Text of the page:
Monday, March 1, 2021

Princess Helena's son now Duke of Schleswig-Holstein

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March 1, 1921

Prince Albert of Schleswig-Holstein, the only surviving son of Princess Helena, has succeeded Ernst Gunther, Duke of Schleswig-Holstein, who died on February 22 without issue.    The new Duke is Ernst Gunther's first cousin as their fathers were brothers.

Albert is the younger and only surviving son of Princess Helena, the third daughter of Queen Victoria, and the late Prince Christian of Schleswig-Holstein.   He was born at Cumberland Lodge in Windsor Great Park and educated at Charter House School.  Following the death of his cousin, Albert becomes the titular head of the house of Schleswig-Holstein.  He has inherited a large fortune including+ the "great estate of Primkenau, in Silesia," and other properties.  He will also receive an annuity of $80,000, which which is paid annually by the Prussian treasury as a "quid pro quo for the renunciation by the Dukes of Schleswig-Holstein," when the two duchies were incorporation into the kingdom of Prussia, reported the Marquis de Fontenoy in the Washington Post.

He had become the heir after his elder brother, Prince Christian Victor, renounced his rights to the Schleswig-Holstein dukedom in favor of his younger brother as he was "unwilling to give up his English nationality" and his military career.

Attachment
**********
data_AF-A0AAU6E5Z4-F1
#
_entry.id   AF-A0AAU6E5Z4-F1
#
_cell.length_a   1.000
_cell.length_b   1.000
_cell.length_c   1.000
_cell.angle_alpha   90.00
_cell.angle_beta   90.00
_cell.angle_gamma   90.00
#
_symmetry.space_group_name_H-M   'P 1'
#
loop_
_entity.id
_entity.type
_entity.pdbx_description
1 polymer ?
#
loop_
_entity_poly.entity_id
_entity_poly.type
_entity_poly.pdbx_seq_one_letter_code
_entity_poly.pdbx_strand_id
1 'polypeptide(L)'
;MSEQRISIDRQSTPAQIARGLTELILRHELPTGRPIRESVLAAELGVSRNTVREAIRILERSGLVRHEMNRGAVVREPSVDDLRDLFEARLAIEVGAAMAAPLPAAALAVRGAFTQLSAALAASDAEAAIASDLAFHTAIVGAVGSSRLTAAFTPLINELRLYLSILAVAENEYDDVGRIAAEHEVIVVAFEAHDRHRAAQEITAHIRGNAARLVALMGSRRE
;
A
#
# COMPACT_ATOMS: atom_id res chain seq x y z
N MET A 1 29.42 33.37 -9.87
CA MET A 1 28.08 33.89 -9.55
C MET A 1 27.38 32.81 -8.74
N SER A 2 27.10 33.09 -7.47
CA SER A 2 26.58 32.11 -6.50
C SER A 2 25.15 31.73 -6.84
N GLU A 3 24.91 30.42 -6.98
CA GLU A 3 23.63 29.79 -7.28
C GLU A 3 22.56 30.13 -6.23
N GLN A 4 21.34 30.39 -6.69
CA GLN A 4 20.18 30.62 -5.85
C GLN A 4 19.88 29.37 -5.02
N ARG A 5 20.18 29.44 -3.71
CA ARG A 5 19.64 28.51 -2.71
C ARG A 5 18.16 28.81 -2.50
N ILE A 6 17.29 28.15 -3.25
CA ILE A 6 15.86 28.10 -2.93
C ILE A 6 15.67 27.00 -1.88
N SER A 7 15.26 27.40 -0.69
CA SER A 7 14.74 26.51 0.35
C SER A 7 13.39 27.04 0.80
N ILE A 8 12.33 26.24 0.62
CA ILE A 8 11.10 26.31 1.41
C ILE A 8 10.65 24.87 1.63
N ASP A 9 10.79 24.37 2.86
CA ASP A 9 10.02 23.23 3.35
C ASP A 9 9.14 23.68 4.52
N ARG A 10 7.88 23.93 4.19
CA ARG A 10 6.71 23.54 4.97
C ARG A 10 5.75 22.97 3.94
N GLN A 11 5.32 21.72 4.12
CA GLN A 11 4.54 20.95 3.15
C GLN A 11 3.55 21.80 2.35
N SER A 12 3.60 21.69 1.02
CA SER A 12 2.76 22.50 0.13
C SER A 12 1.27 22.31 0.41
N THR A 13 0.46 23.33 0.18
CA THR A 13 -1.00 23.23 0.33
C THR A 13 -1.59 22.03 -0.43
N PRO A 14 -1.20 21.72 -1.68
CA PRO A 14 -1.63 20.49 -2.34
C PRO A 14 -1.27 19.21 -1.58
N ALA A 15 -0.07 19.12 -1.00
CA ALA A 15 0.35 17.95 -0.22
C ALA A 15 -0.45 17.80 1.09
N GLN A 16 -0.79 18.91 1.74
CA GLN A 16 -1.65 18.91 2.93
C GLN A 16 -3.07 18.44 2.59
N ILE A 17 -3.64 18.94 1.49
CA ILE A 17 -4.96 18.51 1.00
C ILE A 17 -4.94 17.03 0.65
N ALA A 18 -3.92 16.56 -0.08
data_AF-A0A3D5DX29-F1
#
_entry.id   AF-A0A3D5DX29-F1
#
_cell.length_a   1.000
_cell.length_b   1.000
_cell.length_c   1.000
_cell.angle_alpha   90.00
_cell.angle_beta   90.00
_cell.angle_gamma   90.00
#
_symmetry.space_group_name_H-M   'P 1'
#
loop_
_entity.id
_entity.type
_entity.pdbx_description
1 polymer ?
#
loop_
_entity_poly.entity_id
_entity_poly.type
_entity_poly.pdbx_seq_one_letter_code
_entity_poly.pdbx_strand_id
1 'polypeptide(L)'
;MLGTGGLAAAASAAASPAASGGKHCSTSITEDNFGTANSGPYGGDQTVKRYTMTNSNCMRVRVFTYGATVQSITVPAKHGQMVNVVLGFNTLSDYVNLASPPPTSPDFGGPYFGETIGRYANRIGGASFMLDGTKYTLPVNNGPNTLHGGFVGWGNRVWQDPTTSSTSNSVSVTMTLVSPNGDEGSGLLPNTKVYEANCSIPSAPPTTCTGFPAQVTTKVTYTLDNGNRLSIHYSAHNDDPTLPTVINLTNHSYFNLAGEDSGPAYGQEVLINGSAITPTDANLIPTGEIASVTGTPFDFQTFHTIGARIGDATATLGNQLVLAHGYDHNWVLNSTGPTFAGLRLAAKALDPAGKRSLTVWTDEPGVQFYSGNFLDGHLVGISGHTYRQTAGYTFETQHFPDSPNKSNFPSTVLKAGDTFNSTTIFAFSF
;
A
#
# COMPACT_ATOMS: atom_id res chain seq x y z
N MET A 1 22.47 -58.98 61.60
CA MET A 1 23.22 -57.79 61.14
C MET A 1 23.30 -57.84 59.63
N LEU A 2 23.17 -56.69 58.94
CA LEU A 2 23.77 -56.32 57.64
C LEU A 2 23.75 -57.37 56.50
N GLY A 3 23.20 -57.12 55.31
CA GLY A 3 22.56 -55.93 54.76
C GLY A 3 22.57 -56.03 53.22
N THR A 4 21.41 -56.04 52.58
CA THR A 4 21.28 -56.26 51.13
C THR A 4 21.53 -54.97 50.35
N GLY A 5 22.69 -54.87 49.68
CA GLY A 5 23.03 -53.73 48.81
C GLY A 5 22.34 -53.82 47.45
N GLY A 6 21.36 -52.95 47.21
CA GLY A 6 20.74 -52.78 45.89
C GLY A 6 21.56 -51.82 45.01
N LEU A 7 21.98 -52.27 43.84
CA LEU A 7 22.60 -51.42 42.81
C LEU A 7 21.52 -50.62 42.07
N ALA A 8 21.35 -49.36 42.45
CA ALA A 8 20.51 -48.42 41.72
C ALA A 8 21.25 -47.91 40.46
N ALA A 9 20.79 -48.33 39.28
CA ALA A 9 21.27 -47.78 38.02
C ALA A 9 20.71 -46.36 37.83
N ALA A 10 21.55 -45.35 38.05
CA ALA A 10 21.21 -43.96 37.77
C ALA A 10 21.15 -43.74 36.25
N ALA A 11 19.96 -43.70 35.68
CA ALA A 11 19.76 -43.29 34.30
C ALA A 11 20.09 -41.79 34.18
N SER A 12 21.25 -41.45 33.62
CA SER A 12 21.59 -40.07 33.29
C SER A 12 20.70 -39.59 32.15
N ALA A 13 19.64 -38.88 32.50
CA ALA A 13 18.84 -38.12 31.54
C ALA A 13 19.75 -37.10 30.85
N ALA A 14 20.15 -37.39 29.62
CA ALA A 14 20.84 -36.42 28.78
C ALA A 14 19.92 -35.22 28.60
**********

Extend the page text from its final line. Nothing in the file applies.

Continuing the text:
Prince Christian Victor died of enteric fever in October 1900.

Albert severed his connection with the British army and moved to Germany.  He became a German citizen and joined the Prussian army.  He also graduated from several officers' training schools and was appointed to the German Army's general staff.

The recent war  was difficult for Albert, as he was "too closely connected with the land of his birth."  Empress Auguste Viktoria, who was Ernst Gunther's sister, had maintained a close relationship with Albert as the two had spent a lot of time at Cumberland House when they were children.

After the war had broken out, Albert made it clear that he would not take up arms against the United Kingdom.  He offered to fight on the Russian front.  Both the Emperor and Empress respected his decision,   Wilhelm II arranged for Albert to be assigned to General von Lowenfeld's staff.  Von Lowenfeld served as the military Governor of Berlin.

Wilhelm II and Albert were also first cousins, both grandsons of Queen Victoria.  

In Berlin, Albert found himself with little to do.  He "devoted his time" to help British citizens in internment camps and British prisoners of war.

The late Duke was a "source of no end of trouble and exasperation" to his sister and brother-in-law.  He married in 1898 to Princess Dorothea of Saxe-Coburg and Gotha, a granddaughter of King Leopold II of the Belgians.   The new Duchess of Schleswig-Holstein was only 17 at the time of marriage and her husband was approaching his 35 birthday.

As the marriage produced no children, the focus for the succession centered on Ernst Gunther's British-born cousin, Prince Albert, who is not married.

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